Many NGOs disagree strongly, however. Lobby group Dream for Darfur is organising a hard-hitting campaign around this summer's games, while Amnesty International continues to target sports journalists on human rights issues.
Either way it is a reputational crisis for the Chinese government. China is keen to focus the world's gaze on its fast-modernising capital city, but is being forced to acknowledge worldwide concern over its ethics.
Word has it that Hill & Knowlton's ultimate boss, the ever-pragmatic WPP chairman Martin Sorrell, is personally advising the Chinese on such issues.
He may point out there is a certain hypocrisy in the world awarding the games - via the supposedly representative and democratic International Olympic Committee - to China, and then throwing up its arms six months before the Olympic Flame arrives.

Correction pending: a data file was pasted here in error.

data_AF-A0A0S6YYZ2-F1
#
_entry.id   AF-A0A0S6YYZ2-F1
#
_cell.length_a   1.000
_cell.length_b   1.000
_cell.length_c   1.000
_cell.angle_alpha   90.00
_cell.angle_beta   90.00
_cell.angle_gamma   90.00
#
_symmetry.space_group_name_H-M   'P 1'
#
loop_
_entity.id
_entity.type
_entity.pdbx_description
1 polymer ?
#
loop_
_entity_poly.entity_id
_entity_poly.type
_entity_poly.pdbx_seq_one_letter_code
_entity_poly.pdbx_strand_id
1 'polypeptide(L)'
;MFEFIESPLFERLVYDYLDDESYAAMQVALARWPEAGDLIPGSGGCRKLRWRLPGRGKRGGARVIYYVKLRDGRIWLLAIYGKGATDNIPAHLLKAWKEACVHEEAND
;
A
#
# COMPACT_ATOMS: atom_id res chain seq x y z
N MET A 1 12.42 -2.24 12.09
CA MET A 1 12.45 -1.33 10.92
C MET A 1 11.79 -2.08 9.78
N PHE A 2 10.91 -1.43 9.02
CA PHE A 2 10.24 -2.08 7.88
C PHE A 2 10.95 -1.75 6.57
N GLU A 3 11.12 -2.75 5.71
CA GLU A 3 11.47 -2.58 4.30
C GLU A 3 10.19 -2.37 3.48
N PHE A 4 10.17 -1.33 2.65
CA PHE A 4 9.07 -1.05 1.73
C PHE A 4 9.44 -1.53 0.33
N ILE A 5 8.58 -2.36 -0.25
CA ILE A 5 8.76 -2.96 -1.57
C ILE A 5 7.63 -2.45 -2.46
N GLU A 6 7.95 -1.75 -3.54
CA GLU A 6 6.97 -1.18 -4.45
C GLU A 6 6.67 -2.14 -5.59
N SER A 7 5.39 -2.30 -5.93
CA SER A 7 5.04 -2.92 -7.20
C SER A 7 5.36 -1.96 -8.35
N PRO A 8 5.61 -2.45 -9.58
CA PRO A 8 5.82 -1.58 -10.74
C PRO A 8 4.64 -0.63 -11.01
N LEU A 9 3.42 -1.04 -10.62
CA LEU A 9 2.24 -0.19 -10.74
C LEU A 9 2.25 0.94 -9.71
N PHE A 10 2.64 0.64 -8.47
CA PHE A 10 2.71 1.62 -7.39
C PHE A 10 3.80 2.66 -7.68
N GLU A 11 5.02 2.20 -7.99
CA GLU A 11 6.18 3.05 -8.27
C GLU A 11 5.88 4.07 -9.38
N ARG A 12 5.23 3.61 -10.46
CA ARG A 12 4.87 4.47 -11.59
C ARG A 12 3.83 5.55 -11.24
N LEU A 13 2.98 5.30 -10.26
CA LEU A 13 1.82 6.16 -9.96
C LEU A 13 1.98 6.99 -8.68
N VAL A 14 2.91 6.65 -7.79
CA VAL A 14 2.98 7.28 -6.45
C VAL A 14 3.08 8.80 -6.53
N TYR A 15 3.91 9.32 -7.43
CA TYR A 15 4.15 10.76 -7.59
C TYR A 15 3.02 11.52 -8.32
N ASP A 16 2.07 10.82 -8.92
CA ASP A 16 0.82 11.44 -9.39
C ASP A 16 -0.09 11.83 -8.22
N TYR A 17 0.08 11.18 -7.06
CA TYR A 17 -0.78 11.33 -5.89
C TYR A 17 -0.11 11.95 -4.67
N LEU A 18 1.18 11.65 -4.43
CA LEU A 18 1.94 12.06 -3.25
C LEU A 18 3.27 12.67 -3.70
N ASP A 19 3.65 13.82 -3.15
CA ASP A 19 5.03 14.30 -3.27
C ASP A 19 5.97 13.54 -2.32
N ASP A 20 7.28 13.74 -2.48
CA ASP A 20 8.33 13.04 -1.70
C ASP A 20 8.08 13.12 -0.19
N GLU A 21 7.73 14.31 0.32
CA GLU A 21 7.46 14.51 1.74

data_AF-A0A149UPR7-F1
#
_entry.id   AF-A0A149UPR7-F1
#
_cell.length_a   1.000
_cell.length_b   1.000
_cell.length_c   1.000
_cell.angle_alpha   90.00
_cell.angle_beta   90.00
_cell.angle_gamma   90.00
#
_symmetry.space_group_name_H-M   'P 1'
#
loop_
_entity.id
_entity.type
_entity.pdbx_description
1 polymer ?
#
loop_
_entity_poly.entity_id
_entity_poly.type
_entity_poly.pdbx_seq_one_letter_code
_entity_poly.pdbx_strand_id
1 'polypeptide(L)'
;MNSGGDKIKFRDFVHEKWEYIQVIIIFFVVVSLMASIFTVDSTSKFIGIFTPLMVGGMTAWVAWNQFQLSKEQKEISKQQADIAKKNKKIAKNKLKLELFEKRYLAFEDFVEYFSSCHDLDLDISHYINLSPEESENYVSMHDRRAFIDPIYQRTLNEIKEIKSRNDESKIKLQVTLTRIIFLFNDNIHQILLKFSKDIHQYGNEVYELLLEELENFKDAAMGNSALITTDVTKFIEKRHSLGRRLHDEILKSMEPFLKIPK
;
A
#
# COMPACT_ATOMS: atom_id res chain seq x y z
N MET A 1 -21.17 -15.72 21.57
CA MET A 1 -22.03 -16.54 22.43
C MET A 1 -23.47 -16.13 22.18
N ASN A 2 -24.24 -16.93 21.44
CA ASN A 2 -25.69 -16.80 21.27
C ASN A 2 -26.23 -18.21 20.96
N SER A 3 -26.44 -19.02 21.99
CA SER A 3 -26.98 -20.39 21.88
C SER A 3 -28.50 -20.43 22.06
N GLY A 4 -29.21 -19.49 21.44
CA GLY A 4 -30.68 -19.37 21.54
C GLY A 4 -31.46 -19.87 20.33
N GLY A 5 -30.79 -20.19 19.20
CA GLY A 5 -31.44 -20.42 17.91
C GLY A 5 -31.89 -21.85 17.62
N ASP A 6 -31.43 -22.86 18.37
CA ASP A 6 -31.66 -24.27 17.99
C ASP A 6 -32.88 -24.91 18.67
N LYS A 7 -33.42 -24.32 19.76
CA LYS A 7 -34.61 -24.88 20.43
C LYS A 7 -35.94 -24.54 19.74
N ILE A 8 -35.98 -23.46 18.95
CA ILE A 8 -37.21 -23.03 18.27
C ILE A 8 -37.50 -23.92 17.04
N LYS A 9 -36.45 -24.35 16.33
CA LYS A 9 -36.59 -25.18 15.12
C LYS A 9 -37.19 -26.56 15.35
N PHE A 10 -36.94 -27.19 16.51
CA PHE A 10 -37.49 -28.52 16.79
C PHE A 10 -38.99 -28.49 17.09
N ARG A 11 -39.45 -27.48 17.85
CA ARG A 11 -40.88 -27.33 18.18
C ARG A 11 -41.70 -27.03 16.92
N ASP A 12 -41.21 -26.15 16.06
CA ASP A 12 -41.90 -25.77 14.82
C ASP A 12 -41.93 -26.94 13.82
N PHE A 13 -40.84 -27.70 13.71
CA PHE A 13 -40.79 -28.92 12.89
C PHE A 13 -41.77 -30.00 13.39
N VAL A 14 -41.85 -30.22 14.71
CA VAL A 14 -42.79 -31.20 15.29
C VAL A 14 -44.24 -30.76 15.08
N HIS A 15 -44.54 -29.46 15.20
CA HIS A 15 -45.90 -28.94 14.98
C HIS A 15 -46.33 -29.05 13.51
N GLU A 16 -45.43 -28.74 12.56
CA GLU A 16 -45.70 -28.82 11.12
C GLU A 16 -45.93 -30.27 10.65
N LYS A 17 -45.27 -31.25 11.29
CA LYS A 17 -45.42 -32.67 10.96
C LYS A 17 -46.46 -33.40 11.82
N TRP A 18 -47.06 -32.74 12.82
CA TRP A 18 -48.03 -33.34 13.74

He may also stress that the Olympics are supposed to be one month, every four years, when people set aside political differences to celebrate sporting endeavour.
These are strong arguments. While China would be wise to listen, and moderate its policies to the wider world to which it belongs, it probably should try to separate the event itself from hard diplomacy.
That said, it seems reasonable that NGOs should use the Olympics as a vehicle with which to raise awareness of their battles against injustice.
If brands such as Coca-Cola and McDonald's can cash in on this great sporting event - and Sorrell's firm is the first to see an uplift in its revenues as a result - then why shouldn't much less well-funded charities create their own stunts, stories and campaigns?